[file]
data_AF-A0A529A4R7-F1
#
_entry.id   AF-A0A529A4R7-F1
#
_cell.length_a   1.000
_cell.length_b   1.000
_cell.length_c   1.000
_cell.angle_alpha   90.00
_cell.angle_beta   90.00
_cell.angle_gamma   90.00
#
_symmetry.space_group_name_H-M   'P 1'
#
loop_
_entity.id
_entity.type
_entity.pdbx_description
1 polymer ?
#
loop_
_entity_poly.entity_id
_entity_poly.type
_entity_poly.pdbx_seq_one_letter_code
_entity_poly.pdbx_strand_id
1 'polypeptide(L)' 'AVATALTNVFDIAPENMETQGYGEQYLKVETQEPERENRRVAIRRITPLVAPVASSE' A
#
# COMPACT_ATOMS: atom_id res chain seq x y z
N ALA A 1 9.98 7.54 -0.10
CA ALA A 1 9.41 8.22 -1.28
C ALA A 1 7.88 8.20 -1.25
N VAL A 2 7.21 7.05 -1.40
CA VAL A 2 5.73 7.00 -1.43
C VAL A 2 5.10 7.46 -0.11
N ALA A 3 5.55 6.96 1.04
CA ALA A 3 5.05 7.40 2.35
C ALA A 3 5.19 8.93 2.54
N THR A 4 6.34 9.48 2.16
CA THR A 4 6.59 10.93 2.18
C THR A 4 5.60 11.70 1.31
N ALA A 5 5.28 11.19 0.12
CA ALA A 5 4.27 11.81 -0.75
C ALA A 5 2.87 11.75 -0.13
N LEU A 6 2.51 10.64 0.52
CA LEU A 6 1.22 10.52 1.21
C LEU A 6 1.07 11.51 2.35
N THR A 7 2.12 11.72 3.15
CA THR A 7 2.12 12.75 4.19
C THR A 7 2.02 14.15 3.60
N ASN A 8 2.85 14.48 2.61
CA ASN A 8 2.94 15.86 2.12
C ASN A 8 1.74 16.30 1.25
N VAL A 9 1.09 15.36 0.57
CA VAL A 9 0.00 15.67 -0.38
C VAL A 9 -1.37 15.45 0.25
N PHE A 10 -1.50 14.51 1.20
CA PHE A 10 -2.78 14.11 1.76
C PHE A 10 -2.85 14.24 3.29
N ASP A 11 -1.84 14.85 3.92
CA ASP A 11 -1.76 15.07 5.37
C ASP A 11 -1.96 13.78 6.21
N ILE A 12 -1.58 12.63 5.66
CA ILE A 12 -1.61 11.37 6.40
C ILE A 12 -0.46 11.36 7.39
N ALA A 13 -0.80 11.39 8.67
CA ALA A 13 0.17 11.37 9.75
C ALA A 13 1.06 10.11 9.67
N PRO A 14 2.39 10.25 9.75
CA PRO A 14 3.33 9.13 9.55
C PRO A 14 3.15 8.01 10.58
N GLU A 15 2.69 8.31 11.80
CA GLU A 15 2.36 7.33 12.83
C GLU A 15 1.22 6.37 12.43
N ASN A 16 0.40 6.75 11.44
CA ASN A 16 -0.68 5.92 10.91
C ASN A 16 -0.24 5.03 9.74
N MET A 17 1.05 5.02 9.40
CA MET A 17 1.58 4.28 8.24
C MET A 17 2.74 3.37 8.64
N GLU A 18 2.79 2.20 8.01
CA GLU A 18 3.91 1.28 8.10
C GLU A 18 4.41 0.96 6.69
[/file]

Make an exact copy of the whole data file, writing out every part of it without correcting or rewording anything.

data_AF-A0A529A4R7-F1
#
_entry.id   AF-A0A529A4R7-F1
#
_cell.length_a   1.000
_cell.length_b   1.000
_cell.length_c   1.000
_cell.angle_alpha   90.00
_cell.angle_beta   90.00
_cell.angle_gamma   90.00
#
_symmetry.space_group_name_H-M   'P 1'
#
loop_
_entity.id
_entity.type
_entity.pdbx_description
1 polymer ?
#
loop_
_entity_poly.entity_id
_entity_poly.type
_entity_poly.pdbx_seq_one_letter_code
_entity_poly.pdbx_strand_id
1 'polypeptide(L)' 'AVATALTNVFDIAPENMETQGYGEQYLKVETQEPERENRRVAIRRITPLVAPVASSE' A
#
# COMPACT_ATOMS: atom_id res chain seq x y z
N ALA A 1 9.98 7.54 -0.10
CA ALA A 1 9.41 8.22 -1.28
C ALA A 1 7.88 8.20 -1.25
N VAL A 2 7.21 7.05 -1.40
CA VAL A 2 5.73 7.00 -1.43
C VAL A 2 5.10 7.46 -0.11
N ALA A 3 5.55 6.96 1.04
CA ALA A 3 5.05 7.40 2.35
C ALA A 3 5.19 8.93 2.54
N THR A 4 6.34 9.48 2.16
CA THR A 4 6.59 10.93 2.18
C THR A 4 5.60 11.70 1.31
N ALA A 5 5.28 11.19 0.12
CA ALA A 5 4.27 11.81 -0.75
C ALA A 5 2.87 11.75 -0.13
N LEU A 6 2.51 10.64 0.52
CA LEU A 6 1.22 10.52 1.21
C LEU A 6 1.07 11.51 2.35
N THR A 7 2.12 11.72 3.15
CA THR A 7 2.12 12.75 4.19
C THR A 7 2.02 14.15 3.60
N ASN A 8 2.85 14.48 2.61
CA ASN A 8 2.94 15.86 2.12
C ASN A 8 1.74 16.30 1.25
N VAL A 9 1.09 15.36 0.57
CA VAL A 9 0.00 15.67 -0.38
C VAL A 9 -1.37 15.45 0.25
N PHE A 10 -1.50 14.51 1.20
CA PHE A 10 -2.78 14.11 1.76
C PHE A 10 -2.85 14.24 3.29
N ASP A 11 -1.84 14.85 3.92
CA ASP A 11 -1.76 15.07 5.37
C ASP A 11 -1.96 13.78 6.21
N ILE A 12 -1.58 12.63 5.66
CA ILE A 12 -1.61 11.37 6.40
C ILE A 12 -0.46 11.36 7.39
N ALA A 13 -0.80 11.39 8.67
CA ALA A 13 0.17 11.37 9.75
C ALA A 13 1.06 10.11 9.67
N PRO A 14 2.39 10.25 9.75
CA PRO A 14 3.33 9.13 9.55
C PRO A 14 3.15 8.01 10.58
N GLU A 15 2.69 8.31 11.80
CA GLU A 15 2.36 7.33 12.83
C GLU A 15 1.22 6.37 12.43
N ASN A 16 0.40 6.75 11.44
CA ASN A 16 -0.68 5.92 10.91
C ASN A 16 -0.24 5.03 9.74
N MET A 17 1.05 5.02 9.40
CA MET A 17 1.58 4.28 8.24
C MET A 17 2.74 3.37 8.64
N GLU A 18 2.79 2.20 8.01
CA GLU A 18 3.91 1.28 8.10
C GLU A 18 4.41 0.96 6.69